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P327 Segmental colectomy for ulcerative colitis: a new paradigm? A multi-centric study in 72 patients

A. Frontali*1, Y. Panis1, L. Cohen2, V. Bridoux3, P. Myrelid4, G. Sica5, G. Poggioli6, E. Espin7, L. Beyer-Berjot8, D. Laharie9, A. Spinelli10, P. Zerbib11, G. Sampietro12, M. Frasson13, E. Louis14, X. Treton2

1Beaujon Hospital, Colorectal Surgery, Clichy, France, 2Beaujon Hospital, Gastroenterology, Clichy, France, 3CHU Rouen, Digestive Surgery, Rouen, France, 4Linkoping Hospital, Digestive Surgery, Linkoping, Sweden, 5Policlinico Tor Vergata, Digestive Surgery, Roma, Italy, 6Policlinico Sant'Orsola-Malpighi, Digestive Surgery, Bologna, Italy, 7Hospital Universitari Val d'Hebron, Digestive Surgery, Barcelona, Spain, 8Hôpital Nord, Digestive Surgery, Marseille, France, 9CHU Bordeaux, Gastroenterology, Bordeaux, France, 10Humanitas Research Hospital, Colorectal Surgery, Rozzano - Milano, Italy, 11CHU Lille, Digestive Surgery, Lille, France, 12Ospedale L. Sacco, Chirurgia Generale 2, Milano, Italy, 13University Hospital La Fe, Digestive Surgery, Valencia, Spain, 14CHU Liege, Gastroenterology, Liege, France


The gold standard of surgery for ulcerative colitis (UC) is total coloproctectomy (TCP) with J-pouch. The only alternative is total colectomy (TC) with ileorectal anastomosis. There is no place for segmental colectomy (SC) due to the supposed high risk of postoperative colitis in the remnant colon. The aim of this study was to report a multi-centric experience of SC in UC patients to assess if SC can represent an alternative to TCP or TC.


This was a retrospective multi-centric study from expert centres in Europe and US. All UC patients undergoing SC were included. Postoperative complications according to Clavien-Dindo’s classification, long-term results and risk factors for postoperative colitis and reoperation for colitis on the remnant colon were assessed.


72 patients (50 men (70%), with a mean age at diagnosis of UC of 46 ± 18 years and mean age at SC of 57 ± 17 years were included: sigmoidectomy (n = 28), right colectomy (n = 24), proctectomy (n = 11) and left colectomy (n = 9). Indications for surgery were: colonic cancer (n = 27), sigmoid ‘diverticulitis’ (n = 17), colonic stenosis (n = 5), colonic dysplasia or polyps (n = 8), and miscellaneous (n = 15). Postoperative complications were observed in 17/72 patients (24%): classified Clavien-Dindo I-II in 7 (10%) and III or more in 10 (14%). Three patients died postoperatively (4%) due to respiratory (n = 2) or hepatic (n = 1) failure.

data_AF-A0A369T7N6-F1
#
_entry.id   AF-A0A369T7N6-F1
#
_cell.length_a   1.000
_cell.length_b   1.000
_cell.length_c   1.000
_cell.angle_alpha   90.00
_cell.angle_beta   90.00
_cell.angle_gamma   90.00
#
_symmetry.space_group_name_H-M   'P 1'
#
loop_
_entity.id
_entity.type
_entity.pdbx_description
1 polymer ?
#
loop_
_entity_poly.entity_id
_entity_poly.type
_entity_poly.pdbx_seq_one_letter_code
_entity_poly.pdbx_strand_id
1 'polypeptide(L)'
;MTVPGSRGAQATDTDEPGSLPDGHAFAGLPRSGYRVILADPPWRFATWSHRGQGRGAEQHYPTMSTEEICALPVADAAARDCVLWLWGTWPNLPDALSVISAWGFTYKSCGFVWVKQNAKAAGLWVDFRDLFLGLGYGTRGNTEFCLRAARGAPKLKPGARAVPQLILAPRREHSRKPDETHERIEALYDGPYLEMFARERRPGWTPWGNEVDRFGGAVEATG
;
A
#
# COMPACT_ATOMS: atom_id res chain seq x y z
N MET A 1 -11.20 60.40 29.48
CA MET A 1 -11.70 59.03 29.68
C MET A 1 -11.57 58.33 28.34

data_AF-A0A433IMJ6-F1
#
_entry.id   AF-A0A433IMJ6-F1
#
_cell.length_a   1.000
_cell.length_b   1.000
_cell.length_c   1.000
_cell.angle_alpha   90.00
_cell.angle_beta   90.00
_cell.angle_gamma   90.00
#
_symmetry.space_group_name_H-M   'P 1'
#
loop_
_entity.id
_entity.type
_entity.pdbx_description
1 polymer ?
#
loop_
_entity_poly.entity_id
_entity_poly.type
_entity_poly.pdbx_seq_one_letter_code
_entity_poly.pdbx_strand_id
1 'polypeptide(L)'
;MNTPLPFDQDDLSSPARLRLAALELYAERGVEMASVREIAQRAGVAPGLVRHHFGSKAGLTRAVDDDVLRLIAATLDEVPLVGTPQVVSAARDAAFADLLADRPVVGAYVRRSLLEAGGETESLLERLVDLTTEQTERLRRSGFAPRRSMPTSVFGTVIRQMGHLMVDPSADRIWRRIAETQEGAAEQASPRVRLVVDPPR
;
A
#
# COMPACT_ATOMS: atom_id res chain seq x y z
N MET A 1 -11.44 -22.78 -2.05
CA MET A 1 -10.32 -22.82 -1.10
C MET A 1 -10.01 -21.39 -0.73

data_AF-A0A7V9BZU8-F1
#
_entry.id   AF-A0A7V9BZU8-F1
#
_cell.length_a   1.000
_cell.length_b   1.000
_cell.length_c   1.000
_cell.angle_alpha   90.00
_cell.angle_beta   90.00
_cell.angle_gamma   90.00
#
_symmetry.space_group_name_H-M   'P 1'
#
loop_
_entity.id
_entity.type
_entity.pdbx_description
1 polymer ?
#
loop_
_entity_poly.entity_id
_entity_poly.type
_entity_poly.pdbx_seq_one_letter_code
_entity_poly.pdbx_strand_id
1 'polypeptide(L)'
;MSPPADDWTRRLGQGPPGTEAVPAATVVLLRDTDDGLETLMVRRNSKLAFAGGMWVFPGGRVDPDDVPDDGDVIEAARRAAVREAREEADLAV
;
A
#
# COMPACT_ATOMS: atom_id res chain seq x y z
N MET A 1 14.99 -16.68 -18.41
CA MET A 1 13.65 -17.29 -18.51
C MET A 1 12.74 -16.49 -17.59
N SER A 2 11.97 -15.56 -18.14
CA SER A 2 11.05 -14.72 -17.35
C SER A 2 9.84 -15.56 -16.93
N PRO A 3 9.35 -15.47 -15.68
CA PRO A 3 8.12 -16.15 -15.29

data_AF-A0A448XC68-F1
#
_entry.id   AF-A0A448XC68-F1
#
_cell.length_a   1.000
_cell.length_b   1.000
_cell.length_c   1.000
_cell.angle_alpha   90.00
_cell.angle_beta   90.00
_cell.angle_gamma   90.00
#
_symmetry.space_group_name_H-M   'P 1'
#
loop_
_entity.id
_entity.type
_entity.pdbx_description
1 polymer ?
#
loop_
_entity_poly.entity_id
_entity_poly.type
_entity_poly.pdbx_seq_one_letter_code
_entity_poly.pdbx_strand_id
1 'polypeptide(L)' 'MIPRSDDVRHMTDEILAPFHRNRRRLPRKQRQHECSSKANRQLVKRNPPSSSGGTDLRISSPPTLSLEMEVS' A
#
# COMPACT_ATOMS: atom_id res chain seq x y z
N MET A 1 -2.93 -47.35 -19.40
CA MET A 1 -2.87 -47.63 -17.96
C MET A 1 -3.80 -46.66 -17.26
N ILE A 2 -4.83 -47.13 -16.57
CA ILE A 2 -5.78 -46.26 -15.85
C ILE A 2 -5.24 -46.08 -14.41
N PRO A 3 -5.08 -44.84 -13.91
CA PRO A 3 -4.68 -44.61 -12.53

5/69 patients (7%) developed early flare of UC before 3 months postoperatively: 2 treated initially medically of whom 1 required completion TC and 3 with refractory colitis requiring either completion SC (n = 1), completion TC (n = 1) or TCP with definitive end ileostomy (n = 1); 29/64 other patients (45%) developed flare of UC more than 3 months after SC after a median delay of 26 months. Among them, 12/29 (41%) underwent surgery (1 SC, 3TC and 8 TCP), after a median delay of 26 months after SC. After a median follow-up of 40 months, 24/69 patients (35%) were reoperated after a median delay after SC of 19 months: 22/24 (92%) underwent TC (n = 9) or TCP (n = 13) and 2/24 (8%) an additional SC. Reasons for redosurgery were: colitis (n = 14; 20%), cancer (n = 3) or dysplasia (n = 3), colonic stenosis (n = 1), and unknown reason (n = 3). Endoscopic score before SC was Mayo II-III in 5/5 (100%) patients with early flare vs. 16/44 without (36%; p = 0.01) and in 9/12 (75%) patients with reoperation for colitis vs. 11/35 without (31%; p = 0.02).


After segmental colectomy in UC patients, postoperative early colitis is rare (7%) with only 20% requiring reoperation for colitis during follow-up. Thus, in selected UC patients with no active colitis, segmental colectomy could represent a reasonable alternative to total coloproctectomy or total colectomy.